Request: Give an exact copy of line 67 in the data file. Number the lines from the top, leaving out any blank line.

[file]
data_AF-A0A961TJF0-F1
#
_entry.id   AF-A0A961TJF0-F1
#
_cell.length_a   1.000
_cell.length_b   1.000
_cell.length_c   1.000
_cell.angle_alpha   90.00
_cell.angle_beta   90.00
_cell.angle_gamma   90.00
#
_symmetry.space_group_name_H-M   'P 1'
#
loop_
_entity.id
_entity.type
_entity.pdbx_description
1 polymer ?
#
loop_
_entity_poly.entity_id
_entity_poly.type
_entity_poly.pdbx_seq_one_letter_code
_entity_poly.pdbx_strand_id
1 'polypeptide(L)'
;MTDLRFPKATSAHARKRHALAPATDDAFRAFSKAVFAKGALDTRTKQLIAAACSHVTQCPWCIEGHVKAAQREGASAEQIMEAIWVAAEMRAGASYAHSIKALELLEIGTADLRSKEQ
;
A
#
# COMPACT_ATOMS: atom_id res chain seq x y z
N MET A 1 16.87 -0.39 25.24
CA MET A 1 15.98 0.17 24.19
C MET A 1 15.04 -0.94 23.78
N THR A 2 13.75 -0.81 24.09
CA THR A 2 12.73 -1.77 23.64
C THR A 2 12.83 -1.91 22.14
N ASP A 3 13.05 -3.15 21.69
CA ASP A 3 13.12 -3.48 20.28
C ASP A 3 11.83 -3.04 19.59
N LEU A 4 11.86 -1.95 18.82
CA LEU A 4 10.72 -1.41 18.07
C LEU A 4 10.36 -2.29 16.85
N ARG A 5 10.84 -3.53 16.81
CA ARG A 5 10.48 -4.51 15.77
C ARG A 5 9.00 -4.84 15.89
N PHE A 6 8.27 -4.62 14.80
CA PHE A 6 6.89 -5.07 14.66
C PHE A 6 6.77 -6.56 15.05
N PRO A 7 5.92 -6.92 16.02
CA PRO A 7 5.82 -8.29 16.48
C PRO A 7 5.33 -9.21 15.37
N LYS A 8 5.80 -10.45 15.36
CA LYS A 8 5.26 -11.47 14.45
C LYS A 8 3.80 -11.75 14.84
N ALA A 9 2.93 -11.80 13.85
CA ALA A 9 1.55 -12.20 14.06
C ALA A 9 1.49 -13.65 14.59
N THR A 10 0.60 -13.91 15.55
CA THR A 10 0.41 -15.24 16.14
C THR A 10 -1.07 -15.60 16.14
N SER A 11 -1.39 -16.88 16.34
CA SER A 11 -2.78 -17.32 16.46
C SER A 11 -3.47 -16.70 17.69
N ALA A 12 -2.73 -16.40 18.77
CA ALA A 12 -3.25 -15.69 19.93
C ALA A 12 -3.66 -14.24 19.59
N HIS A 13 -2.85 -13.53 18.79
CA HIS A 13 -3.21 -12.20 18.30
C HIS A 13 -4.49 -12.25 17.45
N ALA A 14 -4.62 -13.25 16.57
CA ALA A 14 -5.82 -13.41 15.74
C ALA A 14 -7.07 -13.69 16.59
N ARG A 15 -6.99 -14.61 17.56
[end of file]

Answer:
N HIS A 13 -2.85 -13.53 18.79